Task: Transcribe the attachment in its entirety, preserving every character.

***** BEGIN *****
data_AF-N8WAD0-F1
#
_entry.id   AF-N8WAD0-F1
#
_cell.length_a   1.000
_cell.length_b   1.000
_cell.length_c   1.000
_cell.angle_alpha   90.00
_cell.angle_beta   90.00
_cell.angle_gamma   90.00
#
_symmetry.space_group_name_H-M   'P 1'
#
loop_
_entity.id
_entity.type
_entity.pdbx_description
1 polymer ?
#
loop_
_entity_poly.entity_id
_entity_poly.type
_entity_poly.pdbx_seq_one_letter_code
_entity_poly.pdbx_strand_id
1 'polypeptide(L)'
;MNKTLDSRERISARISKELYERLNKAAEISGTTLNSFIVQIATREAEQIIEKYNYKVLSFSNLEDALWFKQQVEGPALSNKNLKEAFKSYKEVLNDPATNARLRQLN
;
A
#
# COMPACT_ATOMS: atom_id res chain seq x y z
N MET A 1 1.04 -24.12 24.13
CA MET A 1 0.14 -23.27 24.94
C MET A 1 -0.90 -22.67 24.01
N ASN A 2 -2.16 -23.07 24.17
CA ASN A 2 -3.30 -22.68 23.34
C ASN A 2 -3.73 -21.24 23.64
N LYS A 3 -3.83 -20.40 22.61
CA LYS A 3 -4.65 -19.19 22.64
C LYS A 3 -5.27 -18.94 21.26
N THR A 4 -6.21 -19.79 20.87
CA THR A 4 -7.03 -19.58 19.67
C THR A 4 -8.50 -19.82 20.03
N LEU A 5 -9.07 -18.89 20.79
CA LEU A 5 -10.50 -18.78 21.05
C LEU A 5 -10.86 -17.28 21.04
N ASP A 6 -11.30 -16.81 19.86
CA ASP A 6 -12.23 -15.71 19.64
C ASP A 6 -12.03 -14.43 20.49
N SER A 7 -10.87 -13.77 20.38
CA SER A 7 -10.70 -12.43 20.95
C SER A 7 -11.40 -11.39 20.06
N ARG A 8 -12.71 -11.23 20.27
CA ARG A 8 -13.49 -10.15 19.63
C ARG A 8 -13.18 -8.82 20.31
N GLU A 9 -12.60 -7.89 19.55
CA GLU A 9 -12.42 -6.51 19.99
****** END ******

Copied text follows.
data_AF-N8WAD0-F1
#
_entry.id   AF-N8WAD0-F1
#
_cell.length_a   1.000
_cell.length_b   1.000
_cell.length_c   1.000
_cell.angle_alpha   90.00
_cell.angle_beta   90.00
_cell.angle_gamma   90.00
#
_symmetry.space_group_name_H-M   'P 1'
#
loop_
_entity.id
_entity.type
_entity.pdbx_description
1 polymer ?
#
loop_
_entity_poly.entity_id
_entity_poly.type
_entity_poly.pdbx_seq_one_letter_code
_entity_poly.pdbx_strand_id
1 'polypeptide(L)'
;MNKTLDSRERISARISKELYERLNKAAEISGTTLNSFIVQIATREAEQIIEKYNYKVLSFSNLEDALWFKQQVEGPALSNKNLKEAFKSYKEVLNDPATNARLRQLN
;
A
#
# COMPACT_ATOMS: atom_id res chain seq x y z
N MET A 1 1.04 -24.12 24.13
CA MET A 1 0.14 -23.27 24.94
C MET A 1 -0.90 -22.67 24.01
N ASN A 2 -2.16 -23.07 24.17
CA ASN A 2 -3.30 -22.68 23.34
C ASN A 2 -3.73 -21.24 23.64
N LYS A 3 -3.83 -20.40 22.61
CA LYS A 3 -4.65 -19.19 22.64
C LYS A 3 -5.27 -18.94 21.26
N THR A 4 -6.21 -19.79 20.87
CA THR A 4 -7.03 -19.58 19.67
C THR A 4 -8.50 -19.82 20.03
N LEU A 5 -9.07 -18.89 20.79
CA LEU A 5 -10.50 -18.78 21.05
C LEU A 5 -10.86 -17.28 21.04
N ASP A 6 -11.30 -16.81 19.86
CA ASP A 6 -12.23 -15.71 19.64
C ASP A 6 -12.03 -14.43 20.49
N SER A 7 -10.87 -13.77 20.38
CA SER A 7 -10.70 -12.43 20.95
C SER A 7 -11.40 -11.39 20.06
N ARG A 8 -12.71 -11.23 20.27
CA ARG A 8 -13.49 -10.15 19.63
C ARG A 8 -13.18 -8.82 20.31
N GLU A 9 -12.60 -7.89 19.55
CA GLU A 9 -12.42 -6.51 19.99